The purpose of this paper is to investigate how fund managers in a non-Western country like Malaysia follow investment processes developed in the West and taught in the finance departments of universities.
This convergent interview research investigates how fund managers in Malaysia actually make their decisions, and develops a framework about their investment process.
Understanding the economy was important for the managers but was an ongoing learning process. Their analyses sometimes started bottom-up or top-down, but all followed a four-layer process. The managers did not believe the investment process could be quantified.
Convergent interviewing is meant to be a first step in a complete research program. So, future researchers could consider extending the research to different periods, different research settings in other countries like Singapore, India or Indonesia, different types of investors and different methodologies like surveys.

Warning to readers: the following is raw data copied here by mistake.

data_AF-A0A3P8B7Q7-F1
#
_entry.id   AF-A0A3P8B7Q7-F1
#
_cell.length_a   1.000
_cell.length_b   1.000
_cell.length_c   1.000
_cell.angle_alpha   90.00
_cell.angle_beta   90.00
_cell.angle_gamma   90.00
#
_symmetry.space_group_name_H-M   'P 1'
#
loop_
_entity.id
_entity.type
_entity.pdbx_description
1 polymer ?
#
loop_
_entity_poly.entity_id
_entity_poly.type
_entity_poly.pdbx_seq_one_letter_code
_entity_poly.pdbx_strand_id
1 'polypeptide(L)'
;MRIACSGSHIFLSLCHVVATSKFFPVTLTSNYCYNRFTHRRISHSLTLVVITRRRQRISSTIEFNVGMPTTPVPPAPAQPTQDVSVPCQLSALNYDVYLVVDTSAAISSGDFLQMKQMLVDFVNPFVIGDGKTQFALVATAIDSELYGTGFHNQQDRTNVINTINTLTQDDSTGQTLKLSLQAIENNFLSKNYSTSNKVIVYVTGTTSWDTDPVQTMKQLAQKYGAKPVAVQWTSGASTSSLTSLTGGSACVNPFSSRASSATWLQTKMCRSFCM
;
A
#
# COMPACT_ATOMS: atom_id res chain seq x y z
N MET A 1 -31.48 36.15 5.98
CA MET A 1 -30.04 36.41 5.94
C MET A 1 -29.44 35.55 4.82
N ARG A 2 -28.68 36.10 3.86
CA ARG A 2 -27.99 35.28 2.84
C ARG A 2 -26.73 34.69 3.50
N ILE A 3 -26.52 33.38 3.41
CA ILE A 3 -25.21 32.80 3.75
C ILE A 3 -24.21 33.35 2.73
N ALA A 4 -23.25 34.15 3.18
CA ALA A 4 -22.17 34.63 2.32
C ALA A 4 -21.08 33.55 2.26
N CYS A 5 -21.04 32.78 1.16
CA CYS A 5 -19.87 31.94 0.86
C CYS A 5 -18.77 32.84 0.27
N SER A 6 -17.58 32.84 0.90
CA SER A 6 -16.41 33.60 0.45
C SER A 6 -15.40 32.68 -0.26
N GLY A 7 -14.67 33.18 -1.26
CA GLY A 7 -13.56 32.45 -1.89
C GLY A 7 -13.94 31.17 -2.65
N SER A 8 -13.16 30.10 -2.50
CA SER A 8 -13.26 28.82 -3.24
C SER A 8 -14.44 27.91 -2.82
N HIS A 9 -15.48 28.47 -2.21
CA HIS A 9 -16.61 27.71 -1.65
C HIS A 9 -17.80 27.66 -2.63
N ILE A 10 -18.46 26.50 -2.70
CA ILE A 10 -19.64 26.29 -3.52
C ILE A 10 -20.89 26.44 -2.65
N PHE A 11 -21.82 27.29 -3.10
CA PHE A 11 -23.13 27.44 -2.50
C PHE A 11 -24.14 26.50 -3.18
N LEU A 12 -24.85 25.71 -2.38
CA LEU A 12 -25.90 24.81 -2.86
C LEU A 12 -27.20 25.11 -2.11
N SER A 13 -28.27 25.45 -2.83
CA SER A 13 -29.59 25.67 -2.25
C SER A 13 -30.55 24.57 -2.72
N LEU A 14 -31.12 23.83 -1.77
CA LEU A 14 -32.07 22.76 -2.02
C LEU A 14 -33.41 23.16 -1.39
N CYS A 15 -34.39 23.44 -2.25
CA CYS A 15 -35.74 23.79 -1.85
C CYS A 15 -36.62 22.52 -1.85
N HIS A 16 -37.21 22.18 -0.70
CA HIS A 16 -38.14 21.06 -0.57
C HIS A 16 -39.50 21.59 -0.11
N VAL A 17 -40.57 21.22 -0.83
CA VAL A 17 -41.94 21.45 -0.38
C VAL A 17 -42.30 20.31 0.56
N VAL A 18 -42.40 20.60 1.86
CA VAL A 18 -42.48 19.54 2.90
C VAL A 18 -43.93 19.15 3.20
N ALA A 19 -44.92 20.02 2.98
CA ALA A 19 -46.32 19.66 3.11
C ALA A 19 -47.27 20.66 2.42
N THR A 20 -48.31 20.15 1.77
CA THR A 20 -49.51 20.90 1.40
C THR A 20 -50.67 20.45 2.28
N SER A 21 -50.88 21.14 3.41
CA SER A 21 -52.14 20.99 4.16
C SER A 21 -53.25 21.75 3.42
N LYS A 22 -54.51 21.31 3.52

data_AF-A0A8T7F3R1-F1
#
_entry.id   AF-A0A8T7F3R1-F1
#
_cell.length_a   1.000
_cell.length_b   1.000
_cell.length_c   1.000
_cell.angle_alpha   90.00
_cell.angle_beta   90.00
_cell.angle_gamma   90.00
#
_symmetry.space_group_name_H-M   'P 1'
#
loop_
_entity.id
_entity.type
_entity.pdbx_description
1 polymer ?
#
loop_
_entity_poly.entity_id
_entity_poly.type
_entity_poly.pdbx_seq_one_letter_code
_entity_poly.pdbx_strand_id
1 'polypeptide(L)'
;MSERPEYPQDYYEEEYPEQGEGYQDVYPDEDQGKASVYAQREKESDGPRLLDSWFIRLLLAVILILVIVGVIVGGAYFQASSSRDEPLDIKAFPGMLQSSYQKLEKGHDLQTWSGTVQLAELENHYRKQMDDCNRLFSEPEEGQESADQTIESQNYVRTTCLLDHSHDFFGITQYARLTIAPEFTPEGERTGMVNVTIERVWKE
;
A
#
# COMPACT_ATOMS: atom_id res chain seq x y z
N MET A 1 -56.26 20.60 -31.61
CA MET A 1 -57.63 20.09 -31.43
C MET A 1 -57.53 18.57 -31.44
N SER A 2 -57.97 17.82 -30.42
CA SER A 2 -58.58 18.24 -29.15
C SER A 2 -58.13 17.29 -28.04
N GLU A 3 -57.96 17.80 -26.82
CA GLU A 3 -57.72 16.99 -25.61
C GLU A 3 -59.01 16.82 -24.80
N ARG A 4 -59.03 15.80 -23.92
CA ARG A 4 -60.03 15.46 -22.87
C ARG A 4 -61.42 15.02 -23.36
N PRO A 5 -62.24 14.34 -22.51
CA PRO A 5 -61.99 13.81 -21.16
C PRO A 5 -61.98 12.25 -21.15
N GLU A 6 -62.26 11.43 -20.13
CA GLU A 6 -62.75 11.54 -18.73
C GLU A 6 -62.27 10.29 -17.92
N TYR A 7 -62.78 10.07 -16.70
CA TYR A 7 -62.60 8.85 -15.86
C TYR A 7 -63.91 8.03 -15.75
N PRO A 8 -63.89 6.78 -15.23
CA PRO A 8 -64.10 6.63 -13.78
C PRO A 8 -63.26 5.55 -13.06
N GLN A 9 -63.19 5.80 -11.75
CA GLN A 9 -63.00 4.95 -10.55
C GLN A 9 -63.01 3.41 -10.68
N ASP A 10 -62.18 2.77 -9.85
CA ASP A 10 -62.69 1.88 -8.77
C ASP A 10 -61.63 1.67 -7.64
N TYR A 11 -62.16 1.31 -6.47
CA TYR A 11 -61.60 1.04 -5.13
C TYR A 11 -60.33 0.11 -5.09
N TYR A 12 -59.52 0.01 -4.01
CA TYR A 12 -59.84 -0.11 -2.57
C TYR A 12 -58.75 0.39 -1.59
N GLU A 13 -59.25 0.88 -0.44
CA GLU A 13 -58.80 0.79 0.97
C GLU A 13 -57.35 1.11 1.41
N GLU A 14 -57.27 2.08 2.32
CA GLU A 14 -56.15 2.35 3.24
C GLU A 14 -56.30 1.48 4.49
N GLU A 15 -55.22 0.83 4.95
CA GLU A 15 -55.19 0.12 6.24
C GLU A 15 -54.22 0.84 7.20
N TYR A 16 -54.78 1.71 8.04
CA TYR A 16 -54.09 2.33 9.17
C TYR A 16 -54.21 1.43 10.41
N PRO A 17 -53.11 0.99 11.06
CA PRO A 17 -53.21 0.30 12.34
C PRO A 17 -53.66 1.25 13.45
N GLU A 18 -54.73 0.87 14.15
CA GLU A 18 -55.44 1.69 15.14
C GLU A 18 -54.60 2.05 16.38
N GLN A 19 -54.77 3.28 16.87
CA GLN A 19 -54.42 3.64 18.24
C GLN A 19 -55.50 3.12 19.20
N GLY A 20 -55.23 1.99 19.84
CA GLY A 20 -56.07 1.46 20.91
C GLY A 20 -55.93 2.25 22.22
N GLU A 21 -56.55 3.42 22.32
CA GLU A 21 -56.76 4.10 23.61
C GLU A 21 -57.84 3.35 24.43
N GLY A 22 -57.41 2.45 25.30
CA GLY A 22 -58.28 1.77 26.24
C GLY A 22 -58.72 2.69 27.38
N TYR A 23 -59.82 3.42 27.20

Practitioners should build on their experience, and understand principles of behavioral finance. Students in business schools should be taught in an experiential way, and school staff should use qualitative methods like convergent interviewing in their research projects.
Contributions centre on the article’s behavioural finance findings that experience and non-quantitative methods are the core of Malaysian investment managers’ decision-making, and on its detailed description of the unusual research methodology in finance of convergent interviewing.
Glanville bin Mohamad, S.G.b.M. and Perry, C. (2015), "How fund managers in Malaysia make decisions", Qualitative Research in Financial Markets, Vol. 7 No. 1, pp. 72-87. https://doi.org/10.1108/QRFM-09-2013-0028
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